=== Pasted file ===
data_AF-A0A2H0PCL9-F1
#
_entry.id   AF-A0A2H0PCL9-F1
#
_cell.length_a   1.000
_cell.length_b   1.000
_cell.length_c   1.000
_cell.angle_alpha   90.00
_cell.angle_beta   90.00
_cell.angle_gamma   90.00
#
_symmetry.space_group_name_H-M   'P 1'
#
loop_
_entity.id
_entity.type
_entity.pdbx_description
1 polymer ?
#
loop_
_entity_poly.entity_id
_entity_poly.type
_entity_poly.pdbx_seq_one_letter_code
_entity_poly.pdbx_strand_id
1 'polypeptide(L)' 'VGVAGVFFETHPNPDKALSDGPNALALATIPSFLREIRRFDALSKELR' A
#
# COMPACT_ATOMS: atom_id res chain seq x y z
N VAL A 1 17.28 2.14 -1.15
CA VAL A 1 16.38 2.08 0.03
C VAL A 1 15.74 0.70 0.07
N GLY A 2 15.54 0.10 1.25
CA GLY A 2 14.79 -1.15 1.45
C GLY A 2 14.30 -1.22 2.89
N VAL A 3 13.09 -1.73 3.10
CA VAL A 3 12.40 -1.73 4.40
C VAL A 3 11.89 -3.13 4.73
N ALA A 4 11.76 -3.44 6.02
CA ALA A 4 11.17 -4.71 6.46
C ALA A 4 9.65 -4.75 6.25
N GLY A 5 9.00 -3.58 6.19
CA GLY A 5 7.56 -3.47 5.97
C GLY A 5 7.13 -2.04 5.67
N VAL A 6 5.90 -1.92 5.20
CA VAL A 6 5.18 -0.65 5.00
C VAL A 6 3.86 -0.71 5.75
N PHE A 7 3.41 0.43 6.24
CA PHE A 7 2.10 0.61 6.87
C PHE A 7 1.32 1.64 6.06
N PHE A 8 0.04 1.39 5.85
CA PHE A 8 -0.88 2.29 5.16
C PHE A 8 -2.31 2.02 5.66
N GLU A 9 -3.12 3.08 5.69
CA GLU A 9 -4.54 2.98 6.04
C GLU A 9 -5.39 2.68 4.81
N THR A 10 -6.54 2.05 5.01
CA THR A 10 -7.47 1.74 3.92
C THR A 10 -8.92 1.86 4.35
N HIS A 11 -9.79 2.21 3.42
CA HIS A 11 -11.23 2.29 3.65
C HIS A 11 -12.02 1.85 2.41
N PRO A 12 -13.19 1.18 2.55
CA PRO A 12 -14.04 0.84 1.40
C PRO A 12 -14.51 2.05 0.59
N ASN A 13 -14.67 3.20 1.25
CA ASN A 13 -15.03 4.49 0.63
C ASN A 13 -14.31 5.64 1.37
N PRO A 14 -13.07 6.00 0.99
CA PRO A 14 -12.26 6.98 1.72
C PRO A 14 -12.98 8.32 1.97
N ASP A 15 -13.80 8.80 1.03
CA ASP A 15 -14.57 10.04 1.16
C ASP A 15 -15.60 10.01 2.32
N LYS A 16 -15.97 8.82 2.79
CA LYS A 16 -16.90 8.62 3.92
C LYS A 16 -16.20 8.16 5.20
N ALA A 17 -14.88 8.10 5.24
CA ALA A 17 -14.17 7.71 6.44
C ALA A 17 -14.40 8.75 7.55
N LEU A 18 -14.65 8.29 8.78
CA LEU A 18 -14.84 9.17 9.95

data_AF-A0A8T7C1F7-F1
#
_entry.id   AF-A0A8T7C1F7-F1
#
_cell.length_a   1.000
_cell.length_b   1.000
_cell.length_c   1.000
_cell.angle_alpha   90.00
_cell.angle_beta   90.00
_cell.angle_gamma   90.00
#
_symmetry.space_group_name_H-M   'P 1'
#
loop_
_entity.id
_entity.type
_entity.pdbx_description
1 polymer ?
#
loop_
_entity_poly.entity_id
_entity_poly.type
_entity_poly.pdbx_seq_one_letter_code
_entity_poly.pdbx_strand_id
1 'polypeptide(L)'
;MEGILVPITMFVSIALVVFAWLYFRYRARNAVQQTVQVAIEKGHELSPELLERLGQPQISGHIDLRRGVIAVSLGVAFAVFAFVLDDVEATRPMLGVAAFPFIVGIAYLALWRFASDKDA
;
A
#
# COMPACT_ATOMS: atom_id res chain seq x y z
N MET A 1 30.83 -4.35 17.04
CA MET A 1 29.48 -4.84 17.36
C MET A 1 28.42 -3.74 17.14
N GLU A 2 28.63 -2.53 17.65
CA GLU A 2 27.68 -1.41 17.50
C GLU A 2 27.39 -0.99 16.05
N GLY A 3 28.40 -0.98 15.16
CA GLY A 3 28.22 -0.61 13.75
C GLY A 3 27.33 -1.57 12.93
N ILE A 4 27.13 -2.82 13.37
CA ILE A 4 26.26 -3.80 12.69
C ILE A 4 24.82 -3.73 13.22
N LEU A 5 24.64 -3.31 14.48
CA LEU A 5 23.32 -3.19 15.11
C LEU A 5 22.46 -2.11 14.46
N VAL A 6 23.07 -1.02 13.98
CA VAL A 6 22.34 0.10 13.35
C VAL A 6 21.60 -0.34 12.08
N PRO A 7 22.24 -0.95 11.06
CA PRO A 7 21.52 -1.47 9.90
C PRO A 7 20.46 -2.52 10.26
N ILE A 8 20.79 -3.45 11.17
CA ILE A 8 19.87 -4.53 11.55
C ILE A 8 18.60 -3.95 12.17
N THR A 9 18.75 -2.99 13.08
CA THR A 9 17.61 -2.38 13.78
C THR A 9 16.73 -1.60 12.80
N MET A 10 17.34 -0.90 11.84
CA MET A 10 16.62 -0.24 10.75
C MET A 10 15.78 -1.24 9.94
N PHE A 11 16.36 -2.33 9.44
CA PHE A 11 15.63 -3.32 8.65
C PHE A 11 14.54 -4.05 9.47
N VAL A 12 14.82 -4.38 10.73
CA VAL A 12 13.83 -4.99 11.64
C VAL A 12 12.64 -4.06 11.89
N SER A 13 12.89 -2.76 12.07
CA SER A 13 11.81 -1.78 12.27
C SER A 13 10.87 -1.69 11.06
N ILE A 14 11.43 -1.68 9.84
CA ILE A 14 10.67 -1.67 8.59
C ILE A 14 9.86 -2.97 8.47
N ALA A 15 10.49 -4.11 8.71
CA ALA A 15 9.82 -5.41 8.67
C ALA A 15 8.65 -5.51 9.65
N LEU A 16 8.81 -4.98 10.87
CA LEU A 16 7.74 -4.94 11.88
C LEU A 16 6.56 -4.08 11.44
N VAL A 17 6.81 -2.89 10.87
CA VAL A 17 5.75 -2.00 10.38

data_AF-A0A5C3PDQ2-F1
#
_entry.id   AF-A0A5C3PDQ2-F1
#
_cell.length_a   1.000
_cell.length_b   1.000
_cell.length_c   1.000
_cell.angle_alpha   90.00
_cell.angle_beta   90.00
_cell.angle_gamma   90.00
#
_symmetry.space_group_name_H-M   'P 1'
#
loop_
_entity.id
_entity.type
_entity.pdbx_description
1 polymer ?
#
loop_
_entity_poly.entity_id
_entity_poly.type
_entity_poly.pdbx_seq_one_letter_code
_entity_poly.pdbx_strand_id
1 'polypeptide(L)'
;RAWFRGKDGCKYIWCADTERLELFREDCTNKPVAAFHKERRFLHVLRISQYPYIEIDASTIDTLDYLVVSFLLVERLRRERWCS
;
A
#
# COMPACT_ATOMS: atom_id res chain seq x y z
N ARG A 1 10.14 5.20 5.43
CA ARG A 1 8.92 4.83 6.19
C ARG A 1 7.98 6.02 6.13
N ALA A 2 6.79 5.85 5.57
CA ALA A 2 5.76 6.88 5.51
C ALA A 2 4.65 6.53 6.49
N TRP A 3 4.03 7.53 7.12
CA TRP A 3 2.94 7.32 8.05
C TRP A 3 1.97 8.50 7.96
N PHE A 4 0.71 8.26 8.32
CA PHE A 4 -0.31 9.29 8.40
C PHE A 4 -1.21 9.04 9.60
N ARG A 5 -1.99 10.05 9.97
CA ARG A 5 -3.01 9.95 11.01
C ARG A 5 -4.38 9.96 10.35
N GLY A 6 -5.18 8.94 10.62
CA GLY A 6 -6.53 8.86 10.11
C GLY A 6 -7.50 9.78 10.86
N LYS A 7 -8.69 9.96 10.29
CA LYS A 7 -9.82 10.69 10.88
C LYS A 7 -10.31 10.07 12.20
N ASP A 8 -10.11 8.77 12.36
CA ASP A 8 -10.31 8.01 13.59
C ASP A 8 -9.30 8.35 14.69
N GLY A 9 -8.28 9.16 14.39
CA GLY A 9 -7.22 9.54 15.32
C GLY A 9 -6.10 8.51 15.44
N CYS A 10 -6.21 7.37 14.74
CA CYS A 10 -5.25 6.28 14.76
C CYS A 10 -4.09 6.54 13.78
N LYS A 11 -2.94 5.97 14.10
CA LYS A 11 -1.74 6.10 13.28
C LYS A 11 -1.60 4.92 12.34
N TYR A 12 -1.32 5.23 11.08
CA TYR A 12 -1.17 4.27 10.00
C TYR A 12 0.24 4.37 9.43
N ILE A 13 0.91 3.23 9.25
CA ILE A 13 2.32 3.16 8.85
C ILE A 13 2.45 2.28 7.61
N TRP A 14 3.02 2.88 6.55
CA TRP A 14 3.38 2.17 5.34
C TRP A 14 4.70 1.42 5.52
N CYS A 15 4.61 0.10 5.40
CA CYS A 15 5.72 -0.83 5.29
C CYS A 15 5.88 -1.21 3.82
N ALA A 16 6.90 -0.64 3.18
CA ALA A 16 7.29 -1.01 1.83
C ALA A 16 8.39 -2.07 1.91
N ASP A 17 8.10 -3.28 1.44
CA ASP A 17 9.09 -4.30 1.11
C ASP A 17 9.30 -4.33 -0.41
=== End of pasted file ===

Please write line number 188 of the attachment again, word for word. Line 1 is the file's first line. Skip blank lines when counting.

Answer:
A